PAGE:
Jonathan Haidt and the Five Moral Senses

University of Virginia moral psychologist Jonathan Haidt delivered a talk on new advances in his field last week. The video and a transcript have been posted by Haidt whips us through centuries of moral thought, recent evolutionary psychology, and discloses which two papers every single psychology student should have to read.

I’ve been arguing for the last few years that we’ve got to expand our
conception of the moral domain, that it includes multiple moral
foundations, not just sugar and salt, and not just harm and fairness,
but a lot more as well. So, with Craig Joseph and Jesse Graham and Brian
Nosek, I’ve developed a theory called Moral Foundations Theory, which
draws heavily on the anthropological insights of Richard Shweder…

the five most important taste receptors of the moral mind are the
following…care/harm, fairness/cheating, group loyalty and betrayal,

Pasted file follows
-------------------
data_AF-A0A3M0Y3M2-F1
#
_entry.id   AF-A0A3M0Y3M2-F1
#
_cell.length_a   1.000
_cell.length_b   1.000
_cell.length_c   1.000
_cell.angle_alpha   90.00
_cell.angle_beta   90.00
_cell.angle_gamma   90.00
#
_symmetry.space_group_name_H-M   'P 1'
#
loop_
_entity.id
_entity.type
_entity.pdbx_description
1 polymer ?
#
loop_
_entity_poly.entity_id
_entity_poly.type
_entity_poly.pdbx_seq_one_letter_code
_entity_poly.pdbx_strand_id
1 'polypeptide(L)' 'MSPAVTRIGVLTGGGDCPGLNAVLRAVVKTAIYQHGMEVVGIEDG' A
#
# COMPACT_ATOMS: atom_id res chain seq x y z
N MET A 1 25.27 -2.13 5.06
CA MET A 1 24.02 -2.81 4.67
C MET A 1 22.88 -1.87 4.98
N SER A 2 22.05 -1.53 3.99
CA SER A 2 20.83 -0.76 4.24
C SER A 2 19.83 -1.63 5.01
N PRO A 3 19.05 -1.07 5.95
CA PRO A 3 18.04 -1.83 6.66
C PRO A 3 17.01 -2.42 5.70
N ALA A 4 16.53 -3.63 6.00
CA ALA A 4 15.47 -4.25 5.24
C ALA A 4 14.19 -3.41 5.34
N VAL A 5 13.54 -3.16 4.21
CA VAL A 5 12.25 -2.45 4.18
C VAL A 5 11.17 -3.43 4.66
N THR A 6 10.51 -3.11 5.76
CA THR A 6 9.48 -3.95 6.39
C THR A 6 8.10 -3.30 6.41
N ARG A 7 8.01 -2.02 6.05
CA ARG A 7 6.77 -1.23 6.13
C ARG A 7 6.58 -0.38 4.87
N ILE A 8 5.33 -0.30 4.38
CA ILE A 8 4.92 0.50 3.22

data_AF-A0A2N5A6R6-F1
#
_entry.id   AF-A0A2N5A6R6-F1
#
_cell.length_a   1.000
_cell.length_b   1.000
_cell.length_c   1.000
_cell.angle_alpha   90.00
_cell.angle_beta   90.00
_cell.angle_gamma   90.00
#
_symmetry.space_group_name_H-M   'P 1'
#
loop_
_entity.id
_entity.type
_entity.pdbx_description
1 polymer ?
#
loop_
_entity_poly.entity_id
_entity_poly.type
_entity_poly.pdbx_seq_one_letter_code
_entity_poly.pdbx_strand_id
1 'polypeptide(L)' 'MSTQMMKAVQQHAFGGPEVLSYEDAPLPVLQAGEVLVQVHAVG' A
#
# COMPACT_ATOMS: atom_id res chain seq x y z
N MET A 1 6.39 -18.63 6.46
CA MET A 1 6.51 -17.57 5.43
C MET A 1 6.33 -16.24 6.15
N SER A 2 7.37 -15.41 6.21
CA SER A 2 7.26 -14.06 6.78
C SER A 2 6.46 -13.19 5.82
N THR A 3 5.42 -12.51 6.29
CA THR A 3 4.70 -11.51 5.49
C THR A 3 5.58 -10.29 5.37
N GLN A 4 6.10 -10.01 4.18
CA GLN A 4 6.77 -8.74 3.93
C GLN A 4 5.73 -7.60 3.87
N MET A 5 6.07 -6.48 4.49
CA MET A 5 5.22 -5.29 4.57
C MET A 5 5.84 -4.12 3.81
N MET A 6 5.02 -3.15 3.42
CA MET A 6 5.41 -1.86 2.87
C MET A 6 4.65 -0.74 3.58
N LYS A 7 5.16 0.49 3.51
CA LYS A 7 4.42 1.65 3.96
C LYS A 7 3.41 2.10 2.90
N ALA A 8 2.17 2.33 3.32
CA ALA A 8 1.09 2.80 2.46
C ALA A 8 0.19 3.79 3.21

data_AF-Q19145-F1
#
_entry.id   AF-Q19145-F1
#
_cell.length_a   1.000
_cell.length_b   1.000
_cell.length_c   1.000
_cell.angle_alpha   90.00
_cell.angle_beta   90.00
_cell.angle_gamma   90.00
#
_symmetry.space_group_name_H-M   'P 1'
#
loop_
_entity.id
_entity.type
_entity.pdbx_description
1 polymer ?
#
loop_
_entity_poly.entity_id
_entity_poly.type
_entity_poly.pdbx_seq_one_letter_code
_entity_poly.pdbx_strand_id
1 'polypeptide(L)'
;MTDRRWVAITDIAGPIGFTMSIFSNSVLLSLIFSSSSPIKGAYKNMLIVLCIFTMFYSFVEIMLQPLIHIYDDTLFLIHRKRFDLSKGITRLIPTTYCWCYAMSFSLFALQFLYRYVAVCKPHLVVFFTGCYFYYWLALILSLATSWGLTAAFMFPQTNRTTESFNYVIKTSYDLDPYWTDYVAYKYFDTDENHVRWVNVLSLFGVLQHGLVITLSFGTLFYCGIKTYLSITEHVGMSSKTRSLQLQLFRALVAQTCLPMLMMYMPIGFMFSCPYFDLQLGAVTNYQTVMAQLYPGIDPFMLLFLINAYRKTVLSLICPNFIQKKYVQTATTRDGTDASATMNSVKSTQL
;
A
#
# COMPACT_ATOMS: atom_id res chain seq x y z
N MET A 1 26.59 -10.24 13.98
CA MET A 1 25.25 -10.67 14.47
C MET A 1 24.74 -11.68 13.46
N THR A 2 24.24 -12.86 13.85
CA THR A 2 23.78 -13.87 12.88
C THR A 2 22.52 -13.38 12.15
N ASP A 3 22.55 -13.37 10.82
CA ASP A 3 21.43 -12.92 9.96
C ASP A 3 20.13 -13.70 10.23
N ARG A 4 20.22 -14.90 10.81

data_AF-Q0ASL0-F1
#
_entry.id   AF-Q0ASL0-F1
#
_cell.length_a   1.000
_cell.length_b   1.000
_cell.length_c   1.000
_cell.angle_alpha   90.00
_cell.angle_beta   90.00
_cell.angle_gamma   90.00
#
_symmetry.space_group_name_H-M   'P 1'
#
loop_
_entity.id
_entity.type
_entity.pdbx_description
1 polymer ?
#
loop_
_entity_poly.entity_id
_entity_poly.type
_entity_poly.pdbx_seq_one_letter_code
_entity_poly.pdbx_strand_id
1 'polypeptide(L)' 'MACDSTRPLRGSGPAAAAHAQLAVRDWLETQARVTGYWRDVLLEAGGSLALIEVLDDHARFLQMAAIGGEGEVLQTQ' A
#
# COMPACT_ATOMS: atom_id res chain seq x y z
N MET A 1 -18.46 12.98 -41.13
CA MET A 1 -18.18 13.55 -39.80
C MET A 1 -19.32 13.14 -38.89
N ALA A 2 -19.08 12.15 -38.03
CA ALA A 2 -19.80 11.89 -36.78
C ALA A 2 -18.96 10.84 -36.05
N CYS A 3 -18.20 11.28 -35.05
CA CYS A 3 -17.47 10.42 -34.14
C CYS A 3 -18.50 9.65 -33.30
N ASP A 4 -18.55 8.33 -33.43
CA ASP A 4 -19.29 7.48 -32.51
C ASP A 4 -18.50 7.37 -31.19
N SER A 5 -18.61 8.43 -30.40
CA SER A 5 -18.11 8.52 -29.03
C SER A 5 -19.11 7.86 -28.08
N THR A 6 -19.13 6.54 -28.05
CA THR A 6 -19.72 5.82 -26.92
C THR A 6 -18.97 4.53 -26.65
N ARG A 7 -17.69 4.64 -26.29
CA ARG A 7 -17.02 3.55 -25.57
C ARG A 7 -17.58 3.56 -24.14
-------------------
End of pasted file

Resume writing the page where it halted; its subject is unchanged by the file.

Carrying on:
authority and subversion, sanctity and degradation. And that moral
systems are like cuisines that are constructed from local elements to
please these receptors.

So, I’m proposing, we’re proposing, that these are the five best
candidates for being the taste receptors of the moral mind. They’re not
the only five. There’s a lot more. So much of our evolutionary
heritage, of our perceptual abilities, of our language ability, so much
goes into giving us moral concerns, the moral judgments that we have.
But I think this is a good starting point.

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